35CAPRIE – Perfil de segurança do clopidogrel 300P < 0.05Clopidogrel104250Aspirina71200P < 0.05P < 0.0115051Número de doentes2551001913750Safety profile of clopidogrelIn CAPRIE, the overall incidence of adverse events was similar for clopidogrel and aspirin.1 Clopidogrel showed better overall gastrointestinal safety than aspirin with a reduced risk of gastrointestinal bleeding, including related hospitalizations2 and gastrointestinal ulcers.3 Since CAPRIE excluded patients with a known sensitivity to or intolerance of aspirin, an even greater gastrointestinal safety advantage can be expected in everyday clinical practice. The rate of neutropenia during clopidogrel therapy was very low, being comparable to that of aspirin. Clopidogrel’s high tolerability and low toxicity mean that neither dosing adjustments nor specific patient monitoring are necessary with clopidogrel therapy.1CAPRIE Steering Committee. A randomised, blinded, trial of clopidogrel versus aspirin in patients at risk of ischaemic events (CAPRIE). Lancet 1996;348:1329–1339.2Bogousslavsky J. Lower gastrointestinal bleeding with clopidogrel compared with aspirin. Cerebrovasc Dis 1998;8(Suppl 4):43.3Lok DJA. Comparative gastrointestinal tolerability of clopidogrel and aspirin: results from the CAPRIE trial. Eur Heart J 1998;19(Abstract Suppl):52.Hemorragia GIHospitalização porÚlcera GIHemorragia GI* A proporção de doentes com diarreia, rash e prurido foi superior no grupo Clopidogrel que no da Aspirina1CAPRIE Steering Committee. Lancet 1996;348:1329–1339; 2Bogousslavsky J. Cerebrovasc Dis 1998;8(Suppl 4):43; 3Lok DJA. Eur Heart J 1998;19(Abstract Suppl):52.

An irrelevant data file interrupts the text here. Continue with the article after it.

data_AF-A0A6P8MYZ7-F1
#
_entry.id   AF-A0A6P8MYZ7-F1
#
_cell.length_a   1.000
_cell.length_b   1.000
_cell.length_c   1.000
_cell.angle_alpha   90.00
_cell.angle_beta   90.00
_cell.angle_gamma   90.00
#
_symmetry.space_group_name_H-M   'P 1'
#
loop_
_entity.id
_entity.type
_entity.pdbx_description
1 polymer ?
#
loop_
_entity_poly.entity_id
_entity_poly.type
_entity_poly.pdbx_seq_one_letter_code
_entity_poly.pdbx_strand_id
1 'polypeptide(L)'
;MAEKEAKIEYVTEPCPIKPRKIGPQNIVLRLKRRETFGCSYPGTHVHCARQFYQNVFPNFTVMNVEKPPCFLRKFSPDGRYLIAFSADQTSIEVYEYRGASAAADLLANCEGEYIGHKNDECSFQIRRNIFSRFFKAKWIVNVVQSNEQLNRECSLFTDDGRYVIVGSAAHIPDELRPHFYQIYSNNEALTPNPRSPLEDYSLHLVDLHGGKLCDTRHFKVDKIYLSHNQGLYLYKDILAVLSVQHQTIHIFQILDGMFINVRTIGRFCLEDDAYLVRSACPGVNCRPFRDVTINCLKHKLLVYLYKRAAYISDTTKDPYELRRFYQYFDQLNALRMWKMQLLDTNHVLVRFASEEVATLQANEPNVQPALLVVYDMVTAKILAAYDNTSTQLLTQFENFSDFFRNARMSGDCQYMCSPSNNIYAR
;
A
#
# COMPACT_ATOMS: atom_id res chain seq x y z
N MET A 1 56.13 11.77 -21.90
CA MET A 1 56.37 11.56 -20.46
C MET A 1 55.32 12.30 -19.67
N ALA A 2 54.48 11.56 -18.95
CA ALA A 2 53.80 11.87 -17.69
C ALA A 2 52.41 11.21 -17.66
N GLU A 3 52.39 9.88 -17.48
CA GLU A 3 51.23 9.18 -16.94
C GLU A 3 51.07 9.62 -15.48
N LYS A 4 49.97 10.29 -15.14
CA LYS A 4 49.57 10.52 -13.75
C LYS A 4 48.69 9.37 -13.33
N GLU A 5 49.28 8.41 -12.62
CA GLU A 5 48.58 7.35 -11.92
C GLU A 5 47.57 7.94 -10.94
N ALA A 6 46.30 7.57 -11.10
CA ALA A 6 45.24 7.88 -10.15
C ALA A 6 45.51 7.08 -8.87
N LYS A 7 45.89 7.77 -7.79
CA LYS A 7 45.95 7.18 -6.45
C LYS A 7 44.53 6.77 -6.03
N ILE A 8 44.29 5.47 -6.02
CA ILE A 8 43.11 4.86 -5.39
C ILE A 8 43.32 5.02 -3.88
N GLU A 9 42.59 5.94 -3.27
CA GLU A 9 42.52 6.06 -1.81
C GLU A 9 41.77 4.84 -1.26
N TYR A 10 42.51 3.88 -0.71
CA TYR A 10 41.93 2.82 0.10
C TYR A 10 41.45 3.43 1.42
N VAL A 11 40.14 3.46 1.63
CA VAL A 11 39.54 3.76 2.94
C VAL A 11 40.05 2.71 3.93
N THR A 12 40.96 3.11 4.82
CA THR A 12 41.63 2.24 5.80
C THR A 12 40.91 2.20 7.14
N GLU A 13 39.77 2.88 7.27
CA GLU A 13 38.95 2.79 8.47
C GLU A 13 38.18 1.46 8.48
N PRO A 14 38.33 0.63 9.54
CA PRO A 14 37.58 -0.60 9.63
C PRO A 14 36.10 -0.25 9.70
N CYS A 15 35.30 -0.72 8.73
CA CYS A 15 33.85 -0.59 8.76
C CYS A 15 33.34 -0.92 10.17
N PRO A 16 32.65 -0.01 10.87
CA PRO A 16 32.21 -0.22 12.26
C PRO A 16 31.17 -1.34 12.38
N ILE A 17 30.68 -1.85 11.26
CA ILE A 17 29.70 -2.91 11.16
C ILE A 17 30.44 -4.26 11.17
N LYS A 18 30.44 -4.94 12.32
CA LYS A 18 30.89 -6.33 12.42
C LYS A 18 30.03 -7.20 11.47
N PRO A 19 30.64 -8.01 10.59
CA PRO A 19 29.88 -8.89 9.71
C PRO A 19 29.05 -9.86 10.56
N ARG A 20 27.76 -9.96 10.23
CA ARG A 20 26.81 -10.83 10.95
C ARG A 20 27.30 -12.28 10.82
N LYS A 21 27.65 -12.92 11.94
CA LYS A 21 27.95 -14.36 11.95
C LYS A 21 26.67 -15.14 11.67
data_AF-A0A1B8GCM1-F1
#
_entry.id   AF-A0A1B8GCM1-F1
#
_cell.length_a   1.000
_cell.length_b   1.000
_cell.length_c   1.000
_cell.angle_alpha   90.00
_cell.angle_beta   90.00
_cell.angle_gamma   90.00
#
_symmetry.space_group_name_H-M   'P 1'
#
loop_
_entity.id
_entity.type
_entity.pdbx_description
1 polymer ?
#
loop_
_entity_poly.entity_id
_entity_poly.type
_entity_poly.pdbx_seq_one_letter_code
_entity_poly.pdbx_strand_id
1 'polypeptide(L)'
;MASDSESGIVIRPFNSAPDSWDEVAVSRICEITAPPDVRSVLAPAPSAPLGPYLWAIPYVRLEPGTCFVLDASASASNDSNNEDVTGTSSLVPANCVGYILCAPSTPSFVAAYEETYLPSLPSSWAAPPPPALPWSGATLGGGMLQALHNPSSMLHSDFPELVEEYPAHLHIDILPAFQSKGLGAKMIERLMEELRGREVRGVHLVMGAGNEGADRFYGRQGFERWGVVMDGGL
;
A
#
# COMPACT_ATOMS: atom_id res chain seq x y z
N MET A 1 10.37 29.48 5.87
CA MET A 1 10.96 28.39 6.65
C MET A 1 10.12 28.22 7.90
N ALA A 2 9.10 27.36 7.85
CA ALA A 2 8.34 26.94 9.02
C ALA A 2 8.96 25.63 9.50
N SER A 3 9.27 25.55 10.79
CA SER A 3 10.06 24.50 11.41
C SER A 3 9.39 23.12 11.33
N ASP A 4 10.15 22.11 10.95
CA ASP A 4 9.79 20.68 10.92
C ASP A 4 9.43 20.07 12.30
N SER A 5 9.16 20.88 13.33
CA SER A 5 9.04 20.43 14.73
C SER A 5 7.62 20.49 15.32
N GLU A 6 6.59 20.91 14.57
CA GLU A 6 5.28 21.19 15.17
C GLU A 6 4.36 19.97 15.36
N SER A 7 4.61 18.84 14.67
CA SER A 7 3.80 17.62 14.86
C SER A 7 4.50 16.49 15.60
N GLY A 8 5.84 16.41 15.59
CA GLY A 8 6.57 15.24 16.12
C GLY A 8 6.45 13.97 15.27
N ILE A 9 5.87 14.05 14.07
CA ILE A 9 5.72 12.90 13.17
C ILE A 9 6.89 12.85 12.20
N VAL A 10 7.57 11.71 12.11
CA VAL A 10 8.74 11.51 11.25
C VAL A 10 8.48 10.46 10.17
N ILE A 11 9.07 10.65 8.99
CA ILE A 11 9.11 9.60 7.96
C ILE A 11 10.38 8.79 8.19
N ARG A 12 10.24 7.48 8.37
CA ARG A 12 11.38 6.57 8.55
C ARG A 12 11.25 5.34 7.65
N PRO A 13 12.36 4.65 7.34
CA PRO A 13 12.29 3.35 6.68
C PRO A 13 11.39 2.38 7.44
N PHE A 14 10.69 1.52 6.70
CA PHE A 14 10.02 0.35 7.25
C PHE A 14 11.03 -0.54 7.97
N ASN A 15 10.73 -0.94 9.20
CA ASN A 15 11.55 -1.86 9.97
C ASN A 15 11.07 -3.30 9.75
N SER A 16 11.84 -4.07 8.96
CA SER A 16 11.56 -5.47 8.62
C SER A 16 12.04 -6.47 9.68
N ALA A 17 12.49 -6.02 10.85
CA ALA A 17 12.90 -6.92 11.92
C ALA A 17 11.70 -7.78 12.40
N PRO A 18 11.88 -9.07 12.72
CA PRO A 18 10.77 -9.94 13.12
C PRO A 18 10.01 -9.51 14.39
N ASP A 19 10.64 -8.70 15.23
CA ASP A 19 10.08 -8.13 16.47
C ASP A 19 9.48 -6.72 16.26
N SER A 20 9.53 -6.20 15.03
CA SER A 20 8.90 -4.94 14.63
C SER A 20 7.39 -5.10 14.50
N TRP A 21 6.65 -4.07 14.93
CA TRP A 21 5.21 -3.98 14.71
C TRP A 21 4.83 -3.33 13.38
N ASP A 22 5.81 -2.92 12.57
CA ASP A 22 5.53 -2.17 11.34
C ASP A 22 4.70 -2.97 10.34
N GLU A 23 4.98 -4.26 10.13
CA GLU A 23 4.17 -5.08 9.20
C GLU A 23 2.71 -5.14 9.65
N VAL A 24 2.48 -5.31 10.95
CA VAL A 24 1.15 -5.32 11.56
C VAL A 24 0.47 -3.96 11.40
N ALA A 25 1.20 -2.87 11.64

36Conclusão – 1A DAOP é um marcador de doença aterosclerótica coronária e cerebrovascularA DAOP está subestimada e subdiagnosticadaA determinação do ITB é simples, não-invasiva e é preditivo do risco isquémico nos doentes com DAOP, devendo ser complementada com Eco-Doppler das artérias dos membrosOs factores de risco carecem de correcção : Abstenção tabágica, exercício regularAntiagregantes e Estatinas são componentes essenciais do tratamentoSummary – 1PAD is a manifestation of atherothrombosis – a global disease requiring global treatment. Epidemiological studies have shown that PAD is a marker of atherosclerosis in the coronary and cerebral arteries, and that PAD is a risk factor for ischaemic stroke, myocardial infarction and all-cause mortality. Bearing in mind the morbidity and mortality associated with PAD, it is clear that PAD is a condition that requires careful screening and diagnosis, management of risk factors (in particular smoking cessation and regular exercise training) and adequate treatment. Importantly, treatment goals should include secondary prevention of atherothrombotic events through the use of a proven antiplatelet agent.There is good evidence that the ankle:arm blood pressure index (ABPI) is a powerful predictor of ischaemic risk in patients with PAD, even with asymptomatic disease. The ABPI measurement has the advantage of being non-invasive, technically simple and easy to perform, and should be considered for inclusion in routine screening for cardiovascular risk.
37Conclusão – 2O Clopidogrel é superior à aspirina na prevenção secundária dos doentes com Claudicação Intermitente.Reduz o risco de eventos major (AVC(i), EAM e Morte de causa vascular)Provoca menos hemorragia GI e é mais bem tolerado que a aspirinaSummary – 2Clopidogrel, an ADP receptor antagonist, provides increased benefit over aspirin for the secondary prevention of major vascular ischaemic events (ischaemic stroke, myocardial infarction, vascular death) in all atherothrombotic patients, including those with diagnosed PAD.Clopidogrel also offers a more favourable gastrointestinal safety and tolerability profile than aspirin.